Landscape trees planted 50 years ago are not the same as trees planted today. Good landscape trees make a lot of sense, but what makes a good landscape tree in today’s modern landscapes?
Click Here to find out more on choosing the right landscape trees
Posted in Advanced Trees, Australian Native Trees, Landscape trees, Landscaping, Screening Plants, Shade Plants, Trees
Tagged Advanced Trees, landscape trees, Luscious Tristaniopsis, modern landscape trees, narrow trees, noise reducing trees, Pinnacle Syzygium, Red Head Acmena, shade trees, Street Trees, Sublime Acmena, Sweeper Waterhousea, which tree
Red Alert™ Callistemon is a native hedge alternative to Photinia
Red Alert™ Callistemon with its mass of red foliage new growth is a super drought tolerant native alternative to Photinia. Photinia is used all over Australia as a hedge, because people love its red new growth. Well Red Alert™ Callistemon is simply a better alternative, not just because it is native, but because it provides a better solution for the extremes of Australia’s hot summer. Callistemon viminalis are known for their ability to survive and prosper in tough Aussie conditions.
It tolerates most soil types, including poor soils, and is very frost, heat and humidity tolerant. Red Alert™ Callistemon’s vivid red new growth for about 4 months of the year is equal to Photinia, so you do not need to compromise on colour. It is more compact than most Photinia plants, so it will provide a far lower maintenance hedge. Unpruned it will reach above your head, but pruned once or twice per year it is a fabulous screening plant for hedges from around waste height to above your head.
For more info on Red Alert™ Callistemon click here
Posted in Callistemon, Ozbreed, Plants, Shrubs, Trees
Tagged alternative to Photinia, Callistemon, Callistemon Red Alert, callistemon viminalis, lower maintenance hedge, mass of red foliage, native hedge alternative to Photinia, Red Alert Callistemon
Pruning young trees
Part 2 of Pruning Modern Landscape Plants
By Todd Layt
Understanding how to correctly prune trees is a lot more complicated than pruning the smaller plants as shown in part one of this article. Get pruning a small plant wrong, and the plant can be harmed. Get pruning a tree wrong; life and property can be devastated. That’s why part two of this article comes with an important disclaimer. This is more about pruning trees when they are small, and not large. That should be done by an expert, but even small trees need to be pruned correctly, otherwise they grow up to be dangerous big trees. If you are in any way unsure, seek professional advice.
Big trees can be made to look like shrubs or dense smaller trees by special pruning techniques. Sometimes it pays to consider coppicing and pollarding on some trees and even a few shrubs. If the plant is cut back close to the ground it is called coppicing. If that process takes place further up the trunk, then it’s called pollarding. For some tired old trees this can breathe life back into them. It can also make an average looking healthy tree look amazing.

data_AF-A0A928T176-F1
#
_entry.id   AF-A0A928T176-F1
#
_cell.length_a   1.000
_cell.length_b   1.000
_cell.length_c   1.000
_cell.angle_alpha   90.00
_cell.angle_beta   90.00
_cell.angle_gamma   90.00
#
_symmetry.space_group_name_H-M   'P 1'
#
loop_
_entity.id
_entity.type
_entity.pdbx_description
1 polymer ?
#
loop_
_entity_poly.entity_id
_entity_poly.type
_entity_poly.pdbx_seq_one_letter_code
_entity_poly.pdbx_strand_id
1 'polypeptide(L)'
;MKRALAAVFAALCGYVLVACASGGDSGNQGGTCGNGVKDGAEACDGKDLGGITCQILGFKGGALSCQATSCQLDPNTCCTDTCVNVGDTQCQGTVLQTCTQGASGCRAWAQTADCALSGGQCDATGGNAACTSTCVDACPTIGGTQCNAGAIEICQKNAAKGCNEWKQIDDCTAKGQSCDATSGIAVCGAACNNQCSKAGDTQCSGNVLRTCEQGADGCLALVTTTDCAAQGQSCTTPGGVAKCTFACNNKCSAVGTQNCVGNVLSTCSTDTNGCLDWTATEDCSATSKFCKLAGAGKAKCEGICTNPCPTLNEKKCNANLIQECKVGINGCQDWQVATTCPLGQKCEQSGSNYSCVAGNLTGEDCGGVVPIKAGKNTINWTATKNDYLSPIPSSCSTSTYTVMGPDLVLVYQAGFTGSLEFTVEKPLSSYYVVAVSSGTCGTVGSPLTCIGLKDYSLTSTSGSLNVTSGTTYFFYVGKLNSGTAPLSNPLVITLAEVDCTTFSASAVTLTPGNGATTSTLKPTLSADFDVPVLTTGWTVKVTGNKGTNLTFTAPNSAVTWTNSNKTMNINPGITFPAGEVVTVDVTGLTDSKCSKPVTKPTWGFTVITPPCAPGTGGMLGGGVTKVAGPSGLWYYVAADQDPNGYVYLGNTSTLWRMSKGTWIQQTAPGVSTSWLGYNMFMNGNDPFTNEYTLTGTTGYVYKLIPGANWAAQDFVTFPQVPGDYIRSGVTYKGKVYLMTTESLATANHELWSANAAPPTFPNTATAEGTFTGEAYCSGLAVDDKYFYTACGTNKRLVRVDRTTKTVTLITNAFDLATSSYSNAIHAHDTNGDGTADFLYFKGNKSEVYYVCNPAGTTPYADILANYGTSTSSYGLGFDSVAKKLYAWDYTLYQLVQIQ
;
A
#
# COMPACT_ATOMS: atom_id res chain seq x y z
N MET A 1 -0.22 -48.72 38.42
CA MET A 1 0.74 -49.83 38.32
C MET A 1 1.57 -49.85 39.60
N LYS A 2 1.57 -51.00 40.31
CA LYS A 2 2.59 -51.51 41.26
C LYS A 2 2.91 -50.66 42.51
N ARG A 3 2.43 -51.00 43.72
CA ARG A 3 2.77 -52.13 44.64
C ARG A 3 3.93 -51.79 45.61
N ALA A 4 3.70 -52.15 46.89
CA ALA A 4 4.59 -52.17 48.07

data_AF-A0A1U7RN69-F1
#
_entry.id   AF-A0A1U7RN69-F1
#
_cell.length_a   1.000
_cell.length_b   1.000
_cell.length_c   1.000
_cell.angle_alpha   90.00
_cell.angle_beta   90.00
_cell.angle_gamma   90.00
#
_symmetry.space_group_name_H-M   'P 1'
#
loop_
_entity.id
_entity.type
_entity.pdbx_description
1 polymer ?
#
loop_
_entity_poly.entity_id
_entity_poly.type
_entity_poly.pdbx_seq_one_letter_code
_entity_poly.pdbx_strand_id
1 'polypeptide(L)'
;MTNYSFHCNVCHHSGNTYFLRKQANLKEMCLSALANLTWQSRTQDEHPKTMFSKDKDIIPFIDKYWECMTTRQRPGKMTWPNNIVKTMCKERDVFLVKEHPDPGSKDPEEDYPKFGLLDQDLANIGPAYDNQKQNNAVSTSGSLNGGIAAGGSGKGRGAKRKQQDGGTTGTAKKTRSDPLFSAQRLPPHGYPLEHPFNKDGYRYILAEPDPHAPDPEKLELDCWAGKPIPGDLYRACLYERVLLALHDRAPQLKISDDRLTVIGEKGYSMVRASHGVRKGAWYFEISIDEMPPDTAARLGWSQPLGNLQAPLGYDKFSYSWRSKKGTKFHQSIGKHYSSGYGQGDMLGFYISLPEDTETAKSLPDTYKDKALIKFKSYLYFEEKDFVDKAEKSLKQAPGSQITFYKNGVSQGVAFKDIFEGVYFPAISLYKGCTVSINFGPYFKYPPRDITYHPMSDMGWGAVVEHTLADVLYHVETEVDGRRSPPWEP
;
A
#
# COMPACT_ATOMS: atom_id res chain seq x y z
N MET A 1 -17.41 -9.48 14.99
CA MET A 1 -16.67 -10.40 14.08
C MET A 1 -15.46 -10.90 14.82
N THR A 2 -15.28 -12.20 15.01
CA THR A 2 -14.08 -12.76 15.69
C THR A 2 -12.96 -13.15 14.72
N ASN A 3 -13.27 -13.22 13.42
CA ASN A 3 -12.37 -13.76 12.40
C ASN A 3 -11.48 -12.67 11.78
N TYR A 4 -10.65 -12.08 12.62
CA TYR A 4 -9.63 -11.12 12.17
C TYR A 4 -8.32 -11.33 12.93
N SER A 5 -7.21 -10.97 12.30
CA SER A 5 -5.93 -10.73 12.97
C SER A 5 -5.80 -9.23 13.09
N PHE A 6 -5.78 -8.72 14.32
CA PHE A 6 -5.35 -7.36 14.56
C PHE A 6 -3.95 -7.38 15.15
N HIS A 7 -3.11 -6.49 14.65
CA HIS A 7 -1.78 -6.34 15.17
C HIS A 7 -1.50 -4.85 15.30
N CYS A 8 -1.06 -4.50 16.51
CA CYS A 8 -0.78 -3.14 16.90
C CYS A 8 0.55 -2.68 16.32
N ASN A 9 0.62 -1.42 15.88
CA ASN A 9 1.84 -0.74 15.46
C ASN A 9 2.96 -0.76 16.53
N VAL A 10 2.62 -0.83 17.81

The success rate of this type of operation depends on tree type. Some die easily, and others have high success rates. Coppicing can allow certain large or medium trees to be used in smaller gardens and landscapes. The fresh new foliage produced can be super clean and vibrant. This technique is regularly used for producing cut foliage. Pollarding needs to be done with far more care, as it can produce dangerous trees if they are let grow out in the future. Eucalyptus types such as pulverulenta, perriniana, cinerea, and cladoclayx have responded well to coppicing, providing beautiful green, silver grey to in the case of Vintage Red, even vivid red foliage.
The best time to coppice a tree is mid to late Spring, and in some regions summer. It’s best to make sure the tree is healthy and fertilised before attempting this. Most Australian native shrubs such as Calistemon do not like coppicing, but real research needs to be done on different species. I have had some success coppicing some Callistemon species, but lots of failures with others. Some Grevillea types for example also respond to pollarding. It is best to regularly prune these types of native shrubs and trees, although a hard prune via coppicing is sometimes the only option other than replanting. In this case what have you got to lose?
It’s important in pruning young trees to…read more
Click here for part 1 of this article Pruning Modern Landscape Plants
Nathan Layt from Ozbreed – Ozbreed are a well known environmental turf, landscape gardening and plant breeding company. Photo By Outdoor Design Source at GES on stand 102.
to check out Ozbreed’s range of Plants and Turf
SUBLIME™ Acmena smithii ‘DOW30’ PBR.
Sublime is a lovely form of Acmena smithii, An Advanced Screening Tree which features lush, lime green new growth.
Sublime reaches approximately 5m tall by 2-3m wide and has a thick and compact habit. These characteristics make it ideal for screening, hedges, topiary or garden features.
Click on this link for more info on Sublime…